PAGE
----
Byatt: Intertextuality and Possession, A case study

Here undergraduate Laura Kilbride undertakes a critical experiment. The goal is to map out in visual form the intertextual relationships of a poem. The one chosen is 'Our Lady- bearing- Pain' (p. 381), written by A.S. Byatt in the fictional persona of Christabel LaMotte.

There are two main aspects of this experiment as it is presented here. First, the Byatt poem (on the left, below) has been marked with links to show its intersections with two poems by Emily Dickinson (on the right); when you run your mouse over a highlighted section of the left-hand poem, the relevant part(s) of the other will be highlighted. Secondly, the Byatt poem is annotated to keep track of what these connections are and what they mean to the poem. These notes often use terminology to describe the poetic effects. What we have here are two ways of annotating a text: one more traditional, the other (the dynamic highlighting) more innovative.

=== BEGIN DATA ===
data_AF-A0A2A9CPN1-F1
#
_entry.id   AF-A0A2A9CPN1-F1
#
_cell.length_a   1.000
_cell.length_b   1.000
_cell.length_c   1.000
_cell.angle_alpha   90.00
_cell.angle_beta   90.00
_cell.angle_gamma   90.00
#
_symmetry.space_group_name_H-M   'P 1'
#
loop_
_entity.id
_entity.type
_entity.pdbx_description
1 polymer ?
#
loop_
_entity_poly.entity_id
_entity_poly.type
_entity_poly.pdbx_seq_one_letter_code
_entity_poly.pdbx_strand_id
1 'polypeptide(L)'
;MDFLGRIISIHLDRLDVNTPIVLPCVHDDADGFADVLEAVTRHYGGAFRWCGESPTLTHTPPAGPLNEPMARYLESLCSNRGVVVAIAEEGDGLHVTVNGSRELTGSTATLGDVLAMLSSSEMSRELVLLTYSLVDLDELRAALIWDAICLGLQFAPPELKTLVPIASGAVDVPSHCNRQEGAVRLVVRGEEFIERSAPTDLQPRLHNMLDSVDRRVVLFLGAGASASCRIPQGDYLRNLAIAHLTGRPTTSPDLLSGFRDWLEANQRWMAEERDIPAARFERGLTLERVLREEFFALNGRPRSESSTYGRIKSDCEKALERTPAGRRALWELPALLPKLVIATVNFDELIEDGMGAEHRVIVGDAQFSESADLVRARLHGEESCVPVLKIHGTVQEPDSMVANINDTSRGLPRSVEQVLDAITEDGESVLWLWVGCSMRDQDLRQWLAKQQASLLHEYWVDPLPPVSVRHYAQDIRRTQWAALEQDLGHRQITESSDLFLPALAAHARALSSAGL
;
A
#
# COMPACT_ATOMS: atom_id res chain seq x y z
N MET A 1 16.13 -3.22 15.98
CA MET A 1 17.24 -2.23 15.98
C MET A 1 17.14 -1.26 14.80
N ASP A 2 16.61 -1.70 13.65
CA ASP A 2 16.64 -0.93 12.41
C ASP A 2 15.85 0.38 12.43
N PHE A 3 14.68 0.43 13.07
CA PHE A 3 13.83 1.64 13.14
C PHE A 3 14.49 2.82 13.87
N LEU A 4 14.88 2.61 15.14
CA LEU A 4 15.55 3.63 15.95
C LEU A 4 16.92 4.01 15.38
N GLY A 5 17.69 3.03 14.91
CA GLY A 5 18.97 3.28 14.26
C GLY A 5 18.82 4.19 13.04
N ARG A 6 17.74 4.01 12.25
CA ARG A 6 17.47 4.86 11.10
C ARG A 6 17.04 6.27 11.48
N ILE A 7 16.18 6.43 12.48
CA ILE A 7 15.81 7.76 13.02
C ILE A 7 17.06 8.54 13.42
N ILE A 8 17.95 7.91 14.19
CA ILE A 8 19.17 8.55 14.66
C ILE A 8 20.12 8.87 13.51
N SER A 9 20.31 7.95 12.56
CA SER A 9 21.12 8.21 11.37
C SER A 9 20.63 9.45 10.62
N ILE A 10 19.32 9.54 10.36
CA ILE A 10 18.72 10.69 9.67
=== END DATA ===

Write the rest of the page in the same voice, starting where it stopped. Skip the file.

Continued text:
'Our Lady- bearing- Pain'
(Christabel LaMotte, i.e. A.S. Byatt, referred to in notes as CLM)

Our Lady- bearing- Pain
She bore what the Cross bears
She bears and bears again -
As the stone- bears- its scars
The Hammer broke her out
Of rough Rock's ancient- Sleep-
And chiselled her about
With stars that weep- that weep-
The Pain inscribed in Rock-
The Pain he bears- she Bore
She hears the Poor Frame Crack-

And knows - He'll - come - no More -

It came all so still
The little Thing-
And would not stay -
Our Questioning -
A heavy Breath
One two and three -
And then the lapsed
Eternity -
A Lapis Flesh
The Crimson- Gone -
It came as still
As any Stone -

My subject is Spilt Milk.

A white Disfigurement
A quiet creeping Sleek
Of squandered Nourishment

Others in a heavy Vase
Raise darkly scented Wine -
This warm and squirted White
In solid Pot - was mine -
And now a paradox
A bleaching blot, a stain
Of pure and innocent white
It goes to Earth again -
Which smelled of summer Hay
Of crunching Cow - Divine -
Of warm flanks and of love
More quiet, more still- than mine-
It runs on table top
It drips onto the Ground

We hear its liquid Lapse

Wet on soft dust its sound.
We run with milk and blood
What we would give we spill
The hungry mouths are raised
We spill we fail to fill
This cannot be restored
This flow cannot redeem